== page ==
A busy schedule calls for a program that can be flexible and efficient. Therefore frequent shorter bouts of exercise using multiple muscle groups simultaneously may be the key to ensure you maintain good physical health through this very stressful time.
The good news is that the benefits of regular exercise, even for shorter periods of time, are numerous (CDC, 2013). By simply aiming for at least 150 minutes/week of moderate-intensity cardiovascular activity, you’ll help lower a number of disease risk factors. Keep in mind that daily exercise doesn’t have to be done all at one time. The U.S. Department of Health and Human Services recently published a Surgeon General report stating that it can be performed in as little as 10-minute increments to be effective (DHHS, 2010).
Aiming for exercises that work multiple muscle groups at the same time is one of the best ways to get an effective and efficient workout. Examples of a few of these multiple muscle engaging exercises may include:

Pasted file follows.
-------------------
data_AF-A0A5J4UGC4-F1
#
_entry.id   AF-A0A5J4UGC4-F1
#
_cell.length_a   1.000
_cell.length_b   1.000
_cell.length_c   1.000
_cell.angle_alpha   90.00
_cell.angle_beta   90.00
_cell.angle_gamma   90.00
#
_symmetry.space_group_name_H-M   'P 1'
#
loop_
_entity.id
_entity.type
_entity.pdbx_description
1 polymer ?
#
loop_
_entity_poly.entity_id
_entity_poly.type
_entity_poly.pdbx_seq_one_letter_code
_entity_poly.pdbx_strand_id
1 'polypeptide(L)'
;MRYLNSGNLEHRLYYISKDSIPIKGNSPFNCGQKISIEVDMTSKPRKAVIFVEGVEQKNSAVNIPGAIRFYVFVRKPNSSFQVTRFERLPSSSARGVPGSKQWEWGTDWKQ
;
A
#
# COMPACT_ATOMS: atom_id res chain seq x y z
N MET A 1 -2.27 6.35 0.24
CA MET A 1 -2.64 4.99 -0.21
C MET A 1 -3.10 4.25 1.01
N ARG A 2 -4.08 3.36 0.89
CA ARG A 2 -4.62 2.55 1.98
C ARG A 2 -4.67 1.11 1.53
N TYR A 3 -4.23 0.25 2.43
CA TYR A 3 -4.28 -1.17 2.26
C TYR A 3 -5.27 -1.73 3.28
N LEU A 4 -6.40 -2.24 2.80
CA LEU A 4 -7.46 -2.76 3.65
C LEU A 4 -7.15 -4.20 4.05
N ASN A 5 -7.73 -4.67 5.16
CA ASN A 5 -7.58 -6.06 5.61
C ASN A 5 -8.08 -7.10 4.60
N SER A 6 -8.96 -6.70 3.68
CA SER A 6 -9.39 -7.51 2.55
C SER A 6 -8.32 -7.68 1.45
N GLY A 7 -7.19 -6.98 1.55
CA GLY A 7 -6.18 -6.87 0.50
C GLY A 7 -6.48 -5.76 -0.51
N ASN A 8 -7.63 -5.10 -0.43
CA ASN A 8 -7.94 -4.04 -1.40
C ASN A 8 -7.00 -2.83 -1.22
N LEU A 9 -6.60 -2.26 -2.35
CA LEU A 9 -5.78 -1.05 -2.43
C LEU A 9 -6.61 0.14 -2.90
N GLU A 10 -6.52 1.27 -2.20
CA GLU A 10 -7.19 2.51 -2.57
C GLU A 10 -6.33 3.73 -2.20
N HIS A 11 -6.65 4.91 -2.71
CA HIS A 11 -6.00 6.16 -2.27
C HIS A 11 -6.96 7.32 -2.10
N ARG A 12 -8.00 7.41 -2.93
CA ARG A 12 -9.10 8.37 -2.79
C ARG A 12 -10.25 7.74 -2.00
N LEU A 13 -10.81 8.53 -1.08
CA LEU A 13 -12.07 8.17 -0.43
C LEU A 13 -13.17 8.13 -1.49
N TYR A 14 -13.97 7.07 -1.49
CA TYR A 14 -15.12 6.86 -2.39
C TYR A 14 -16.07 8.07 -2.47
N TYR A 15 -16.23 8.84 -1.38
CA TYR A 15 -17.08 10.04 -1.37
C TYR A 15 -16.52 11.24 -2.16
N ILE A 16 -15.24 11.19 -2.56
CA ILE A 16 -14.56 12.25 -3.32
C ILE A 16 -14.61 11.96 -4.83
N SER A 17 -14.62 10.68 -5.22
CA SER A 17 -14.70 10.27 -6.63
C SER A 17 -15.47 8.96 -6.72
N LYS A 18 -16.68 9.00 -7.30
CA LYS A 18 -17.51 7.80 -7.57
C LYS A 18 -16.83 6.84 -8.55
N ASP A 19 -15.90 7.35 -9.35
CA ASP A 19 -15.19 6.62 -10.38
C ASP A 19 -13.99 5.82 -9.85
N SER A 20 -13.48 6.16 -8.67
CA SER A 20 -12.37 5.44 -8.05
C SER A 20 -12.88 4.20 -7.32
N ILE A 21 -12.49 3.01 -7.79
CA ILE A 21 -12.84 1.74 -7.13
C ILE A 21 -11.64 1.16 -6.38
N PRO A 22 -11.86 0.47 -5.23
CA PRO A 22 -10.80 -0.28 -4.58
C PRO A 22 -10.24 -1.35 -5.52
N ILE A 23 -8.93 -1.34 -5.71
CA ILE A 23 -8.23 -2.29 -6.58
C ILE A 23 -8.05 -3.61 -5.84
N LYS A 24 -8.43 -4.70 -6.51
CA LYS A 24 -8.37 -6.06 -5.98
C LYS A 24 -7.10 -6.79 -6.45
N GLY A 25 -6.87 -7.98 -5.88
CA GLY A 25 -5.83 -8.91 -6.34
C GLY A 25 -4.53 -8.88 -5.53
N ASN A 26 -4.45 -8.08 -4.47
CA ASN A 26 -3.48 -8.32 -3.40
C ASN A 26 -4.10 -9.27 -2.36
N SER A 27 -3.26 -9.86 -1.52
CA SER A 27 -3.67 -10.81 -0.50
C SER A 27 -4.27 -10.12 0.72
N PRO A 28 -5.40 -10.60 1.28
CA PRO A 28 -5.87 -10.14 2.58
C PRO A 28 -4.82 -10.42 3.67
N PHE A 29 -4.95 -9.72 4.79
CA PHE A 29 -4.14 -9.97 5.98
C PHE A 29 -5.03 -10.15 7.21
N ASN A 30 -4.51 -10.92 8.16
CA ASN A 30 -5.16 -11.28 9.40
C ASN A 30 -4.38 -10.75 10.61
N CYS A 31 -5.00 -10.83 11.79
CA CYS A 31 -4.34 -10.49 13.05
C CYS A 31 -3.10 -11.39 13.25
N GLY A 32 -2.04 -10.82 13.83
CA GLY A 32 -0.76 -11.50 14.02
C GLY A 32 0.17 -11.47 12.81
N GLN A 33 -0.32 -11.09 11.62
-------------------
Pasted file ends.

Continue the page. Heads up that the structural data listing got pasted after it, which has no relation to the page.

• Dumbbell Front Squats
• Lunges with Deltoid Lift
• Barbell Dead Lifts
• Inverted Fliers
• Mountain Climbers
It’s important to note that working several muscle groups at the same time can be a bit challenging when it comes to proper form. This is why it’s a great idea to check out the ACE Exercise Library. Look for the section covering Full-Body/Integrated Exercises. There you’ll find each exercise listed with pictures to help guide you through the movement. Exercises are grouped by target area, available equipment, and most importantly individual level. By selecting exercises specific to your level, you’ll help minimize the possibility of injury which can easily derail any fitness routine. You may also want to visit the ACE YouTube Channel to view a workout routine in action on your portable electronic device.
Maintaining good fitness, even for the busiest student isn’t difficult. By simply breaking up your workouts and utilizing integrated exercises, you’ll be able to balance your academic as well as your athletic successes.
Centers for Disease Control & Prevention (CDC),The Benefits of Physical Activity, Retrieved 11/21/2013, http://www.cdc.gov/physicalactivity/everyone/health/index.html.
U.S. Department of Health and Human Services (DHHS), The Surgeon General’s Vision for a Healthy and Fit Nation 2010, Retrieved 11/21/2013,